Rotator cuff surgery was supposed to have repaired the damage her shoulder had sustained over the years. When Cindy had decided to have the surgery, she had planned to take a few months off to recover, and then return to the track as soon as possible. She had been certain her leave from racing was temporary. But according to the surgeon, repeated abuse had made the joint weak. If she reinjured it, she might never regain full use of her arm. Unless she was willing to take that risk each time she went into the gate, Cindy would never race again.
For the last sixteen years racing Thoroughbreds had been her life. But now any hope that she might return to the track as a jockey had been ripped away with a few words from the surgeon.
A sob caught in her throat, but Cindy gritted her teeth and forced it down. One thing she had learned as a jockey was that if you got knocked down, you got right back up and kept going. The world didn't wait for quitters. And Cindy McLean was no quitter.
Her gaze settled on a sun-bleached parking pass from Belmont sitting on the dashboard. Cindy had spent the last twelve years at the famous New York track, earning a reputation as one of the best women jockeys, and one of the top all-around jockeys, on the East Coast.
Then, last fall, she had wrenched her shoulder so badly that she had been unable to use it for several weeks. She had forced herself to ignore the pain, but it didn't take long for the trainers and track officials to order her off the track until she had a doctor's clearance.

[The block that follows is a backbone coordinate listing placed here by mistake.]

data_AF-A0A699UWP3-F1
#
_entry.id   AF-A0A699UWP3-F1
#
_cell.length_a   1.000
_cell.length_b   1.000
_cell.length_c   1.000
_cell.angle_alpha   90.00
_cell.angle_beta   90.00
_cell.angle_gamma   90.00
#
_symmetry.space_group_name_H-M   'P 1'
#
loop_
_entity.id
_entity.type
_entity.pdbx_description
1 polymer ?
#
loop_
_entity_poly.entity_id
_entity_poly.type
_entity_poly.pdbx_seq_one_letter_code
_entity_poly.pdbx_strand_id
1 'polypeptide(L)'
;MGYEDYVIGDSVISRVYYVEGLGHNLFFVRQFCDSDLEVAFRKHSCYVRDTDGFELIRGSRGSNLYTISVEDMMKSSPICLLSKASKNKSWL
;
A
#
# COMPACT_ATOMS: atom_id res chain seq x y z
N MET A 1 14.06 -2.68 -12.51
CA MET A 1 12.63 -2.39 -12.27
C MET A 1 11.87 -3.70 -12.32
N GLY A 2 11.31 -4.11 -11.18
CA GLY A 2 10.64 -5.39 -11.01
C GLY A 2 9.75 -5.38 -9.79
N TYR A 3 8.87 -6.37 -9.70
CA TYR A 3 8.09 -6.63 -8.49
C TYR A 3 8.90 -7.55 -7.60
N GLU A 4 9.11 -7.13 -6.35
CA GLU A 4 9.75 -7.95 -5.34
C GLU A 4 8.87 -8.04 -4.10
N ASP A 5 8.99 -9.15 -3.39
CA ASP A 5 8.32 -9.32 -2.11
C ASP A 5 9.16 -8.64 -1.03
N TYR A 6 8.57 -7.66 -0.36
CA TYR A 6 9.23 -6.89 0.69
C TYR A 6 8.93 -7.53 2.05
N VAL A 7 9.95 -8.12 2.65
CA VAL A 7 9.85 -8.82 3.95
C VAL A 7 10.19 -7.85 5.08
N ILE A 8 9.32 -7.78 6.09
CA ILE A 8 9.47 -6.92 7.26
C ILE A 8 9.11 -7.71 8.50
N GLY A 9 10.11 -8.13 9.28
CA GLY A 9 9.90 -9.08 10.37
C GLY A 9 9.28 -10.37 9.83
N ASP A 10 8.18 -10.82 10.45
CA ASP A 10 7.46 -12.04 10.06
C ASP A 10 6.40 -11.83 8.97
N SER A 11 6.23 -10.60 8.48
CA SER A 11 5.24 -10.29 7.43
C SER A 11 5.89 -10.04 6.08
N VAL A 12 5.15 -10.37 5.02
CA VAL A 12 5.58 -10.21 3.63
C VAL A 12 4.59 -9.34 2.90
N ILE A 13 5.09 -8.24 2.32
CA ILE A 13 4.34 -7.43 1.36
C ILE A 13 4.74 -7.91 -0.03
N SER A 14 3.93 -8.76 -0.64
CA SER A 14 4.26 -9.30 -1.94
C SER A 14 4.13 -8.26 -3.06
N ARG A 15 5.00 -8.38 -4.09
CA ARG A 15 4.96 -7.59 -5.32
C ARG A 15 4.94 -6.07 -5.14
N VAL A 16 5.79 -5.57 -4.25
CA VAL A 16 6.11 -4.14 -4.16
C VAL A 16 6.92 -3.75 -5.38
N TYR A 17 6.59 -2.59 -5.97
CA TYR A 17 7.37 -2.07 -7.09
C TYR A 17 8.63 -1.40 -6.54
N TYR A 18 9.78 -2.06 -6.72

So Cindy had come home to Whitebrook, the Kentucky breeding and training farm where her father, Ian McLean, worked as the head trainer. As a young orphan who had run away from an unhappy foster home, Cindy had been drawn to Whitebrook by the horses. Ian and Beth McLean had adopted her, and she had grown up working with the Thoroughbreds there, riding and helping to train the high-strung racehorses.
Ashleigh Griffen, a highly acclaimed jockey, owned Whitebrook with her husband, Mike Reese. Ashleigh had helped Cindy fulfill her dream of becoming a jockey Ashleigh knew how hard a woman had to work to succeed as a jockey, and Cindy had been determined to make Ashleigh proud of her. Cindy sighed. For all her dreams of coming back to Whitebrook a proud success, she sure had been humbled.
She put the car into gear and merged with the traffic. It took only a few minutes to get out of downtown Lexington, and soon she was in farm country. She drove past small farms with simple homes and barns, and large estates with long curving drives that led to stately brick mansions and sprawling barns. Rail fences divided rolling fields of Kentucky bluegrass.
Near many of the barns, large paddocks held young Thoroughbreds of every color, from dappled gray to gleaming black. Groups of yearlings stood together, grazing or staging mock battles with each other. Too young to be raced and too old to be with their dams, the colts and fillies would soon be trained to accept the weight of a rider on their backs, and in another year they would begin their racing careers...Thoroughbred #45: Star's Chance. Copyright © by Joanna Campbell. Reprinted by permission of HarperCollins Publishers, Inc. All rights reserved. Available now wherever books are sold.